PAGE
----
Day 4 Recap

Posted in Event Coverage

By Randy Buehler

As always, Saturday was Team Day at Worlds. This year worked a little differently than previous years, though. The National teams are now composed of only three players (not four) and the team competition uses the Team Rochester Draft format, not Team Sealed Deck. The new format worked out much better and everyone involved seemed to agree that team Rochester is simply a better format, more fun and more skill testing. There were a few complaints about the precise number of points attached to each match, but all in all the day was a great success.

When the dust finally settled, Team USA completed its comeback from 43rd place at the end of Day 1, and claimed the top spot in the standings. Of course, now that Trevor Blackwell, Brian Hegstad, and Eugene Harvey have gotten themselves into the finals, they have to break out their Standard decks again. Those decks got them 6 wins and 12 losses on Wednesday.

Squaring off against the 5-time champions will be Team Norway. With 2000 Euro's champion Nicolai Herzog leading the way, Norway swept Australia in the final round to leapfrog from 5th place all the way up to 2nd.

Here's the bizarre part - Norway also went 6-12 in Standard! Jan Pieter Groenhof paced them at 3-3 while Oyvind Odegaard managed one win and Herzog put up two. Herzog actually misregistered his Standard deck. He only wrote down 56 cards in his main deck because he forgot to write down "4 Rishadan Port." When the judges caught this on Wednesday, they applied the standard penalty (a match loss) and then allowed him to play out the rest of the day with basic land of his choice filling his deck out to 60 cards. That's how he'll be playing on Sunday in the finals too. The other members of the Norwegian team are Oyvind Odegaard and JP Groenhof.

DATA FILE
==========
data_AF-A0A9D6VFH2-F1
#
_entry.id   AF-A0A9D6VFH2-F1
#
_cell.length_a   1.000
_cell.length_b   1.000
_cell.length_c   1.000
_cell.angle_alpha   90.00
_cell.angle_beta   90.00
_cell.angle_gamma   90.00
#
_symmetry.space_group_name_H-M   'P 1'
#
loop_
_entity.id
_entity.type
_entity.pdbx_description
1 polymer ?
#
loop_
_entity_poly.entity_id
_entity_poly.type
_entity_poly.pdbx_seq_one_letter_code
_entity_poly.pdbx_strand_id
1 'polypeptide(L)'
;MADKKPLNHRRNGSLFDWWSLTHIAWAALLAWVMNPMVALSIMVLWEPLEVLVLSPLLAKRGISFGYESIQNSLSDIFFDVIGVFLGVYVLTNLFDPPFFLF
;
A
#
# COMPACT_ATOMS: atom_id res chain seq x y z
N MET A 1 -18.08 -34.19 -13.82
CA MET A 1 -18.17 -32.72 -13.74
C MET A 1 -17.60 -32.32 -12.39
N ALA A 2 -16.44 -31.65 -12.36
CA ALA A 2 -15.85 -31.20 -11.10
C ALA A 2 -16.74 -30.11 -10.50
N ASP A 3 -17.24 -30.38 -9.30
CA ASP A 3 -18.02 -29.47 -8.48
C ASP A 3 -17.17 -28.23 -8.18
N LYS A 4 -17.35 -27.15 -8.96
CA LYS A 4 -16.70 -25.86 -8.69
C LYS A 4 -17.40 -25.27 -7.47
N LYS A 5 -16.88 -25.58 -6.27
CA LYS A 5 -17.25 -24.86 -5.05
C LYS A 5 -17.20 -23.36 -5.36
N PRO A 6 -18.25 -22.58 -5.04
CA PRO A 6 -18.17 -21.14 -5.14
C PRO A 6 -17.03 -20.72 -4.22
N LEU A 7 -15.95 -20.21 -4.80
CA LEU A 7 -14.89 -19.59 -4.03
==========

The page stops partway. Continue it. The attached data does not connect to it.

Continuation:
In between the individual semifinals and finals, these two teams will brawl to see who claims the title. Public sentiment seems lined up with Norway and this competition has turned into a sort of U.S. versus the world affair since the Americans have 5 of the 6 titles. Here's how the matchups line up:

Champions:

Nicolai Herzog (2-4 in Standard) is running Machinehead. It was designed in part to feast on a field full of green-blue Saproling-Opposition decks, but on Sunday he gets the matchup he's probably tested a million times: good 'ol Fires.

Trevor Blackwell (0-6 in Standard) is running Dark Fires. He basically took the deck he used to win U.S. Nationals and added in Spiritmonger, Fire/Ice, and Thunderscape Battlemage.

Runners-Up:

Oyvind Odegaard (1-5 in Standard) is running Dark Fires. His build is very similar to Blackwell's except that Odegaard runs Ghitu Fire where Blackwell has Thunderscape Battlemage.

Brian Hegstad (3-3 in Standard) is running Saproling-Opposition. His deck was designed with Fires specifically in mind, so this matchup should favor Team USA.

Third Place:

JP Groenhof (3-3 in Standard) is running an unusual red-green Ponza deck. I say "unusual" just because it's not something that has been part of the recent Standard metagame. It's actually a old-school throwback: red-green land destruction. Llanowar Elves and Birds of Paradise accelerate him to fast Stone Rains and Pillages. Then he filled the deck out with fatties and burn. It doesn't get much more old school than that!

Eugene Harvey
(3-3 in Standard) has stuck with the traditional red-green (only) Fires deck that earned him third place at U.S. Nationals. He hasn't really changed his decklist since before 7th Edition came out.

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